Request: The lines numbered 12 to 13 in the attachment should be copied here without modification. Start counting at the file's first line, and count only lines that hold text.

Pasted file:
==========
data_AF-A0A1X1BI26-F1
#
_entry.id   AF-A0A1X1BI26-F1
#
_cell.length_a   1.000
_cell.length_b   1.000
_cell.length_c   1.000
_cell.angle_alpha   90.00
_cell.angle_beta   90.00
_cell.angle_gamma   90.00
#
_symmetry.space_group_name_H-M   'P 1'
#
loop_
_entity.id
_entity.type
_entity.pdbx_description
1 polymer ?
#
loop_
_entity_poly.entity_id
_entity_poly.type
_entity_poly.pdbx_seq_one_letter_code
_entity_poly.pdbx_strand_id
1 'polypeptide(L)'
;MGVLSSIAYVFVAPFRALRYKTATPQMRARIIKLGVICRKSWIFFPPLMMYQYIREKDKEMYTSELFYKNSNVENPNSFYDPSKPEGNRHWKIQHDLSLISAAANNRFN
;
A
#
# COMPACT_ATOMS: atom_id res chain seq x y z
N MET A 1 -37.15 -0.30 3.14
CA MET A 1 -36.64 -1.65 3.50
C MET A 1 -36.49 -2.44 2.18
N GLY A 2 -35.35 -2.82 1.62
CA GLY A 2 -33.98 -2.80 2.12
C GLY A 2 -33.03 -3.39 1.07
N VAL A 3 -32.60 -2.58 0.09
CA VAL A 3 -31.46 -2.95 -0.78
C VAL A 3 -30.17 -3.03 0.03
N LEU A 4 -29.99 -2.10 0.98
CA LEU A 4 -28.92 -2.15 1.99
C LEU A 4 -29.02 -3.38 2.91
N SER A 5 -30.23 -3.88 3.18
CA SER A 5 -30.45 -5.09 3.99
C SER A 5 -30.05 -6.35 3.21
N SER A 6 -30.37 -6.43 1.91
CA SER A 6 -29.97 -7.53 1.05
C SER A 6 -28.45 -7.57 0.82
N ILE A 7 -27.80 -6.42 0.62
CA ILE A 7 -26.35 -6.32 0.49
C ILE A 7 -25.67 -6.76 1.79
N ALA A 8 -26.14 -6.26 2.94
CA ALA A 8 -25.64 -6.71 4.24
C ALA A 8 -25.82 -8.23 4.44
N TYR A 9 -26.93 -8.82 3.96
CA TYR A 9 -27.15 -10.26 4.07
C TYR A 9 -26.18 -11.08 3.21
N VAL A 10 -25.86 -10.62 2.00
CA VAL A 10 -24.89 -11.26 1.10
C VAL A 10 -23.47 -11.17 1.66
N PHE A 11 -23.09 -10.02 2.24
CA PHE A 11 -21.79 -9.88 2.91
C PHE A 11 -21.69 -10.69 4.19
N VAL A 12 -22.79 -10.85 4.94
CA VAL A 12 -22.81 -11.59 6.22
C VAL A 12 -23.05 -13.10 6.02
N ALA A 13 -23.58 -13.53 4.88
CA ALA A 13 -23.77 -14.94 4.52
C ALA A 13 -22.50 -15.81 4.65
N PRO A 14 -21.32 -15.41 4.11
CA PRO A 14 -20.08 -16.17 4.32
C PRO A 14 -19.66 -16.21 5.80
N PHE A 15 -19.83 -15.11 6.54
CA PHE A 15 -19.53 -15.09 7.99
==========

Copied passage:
_symmetry.space_group_name_H-M   'P 1'
#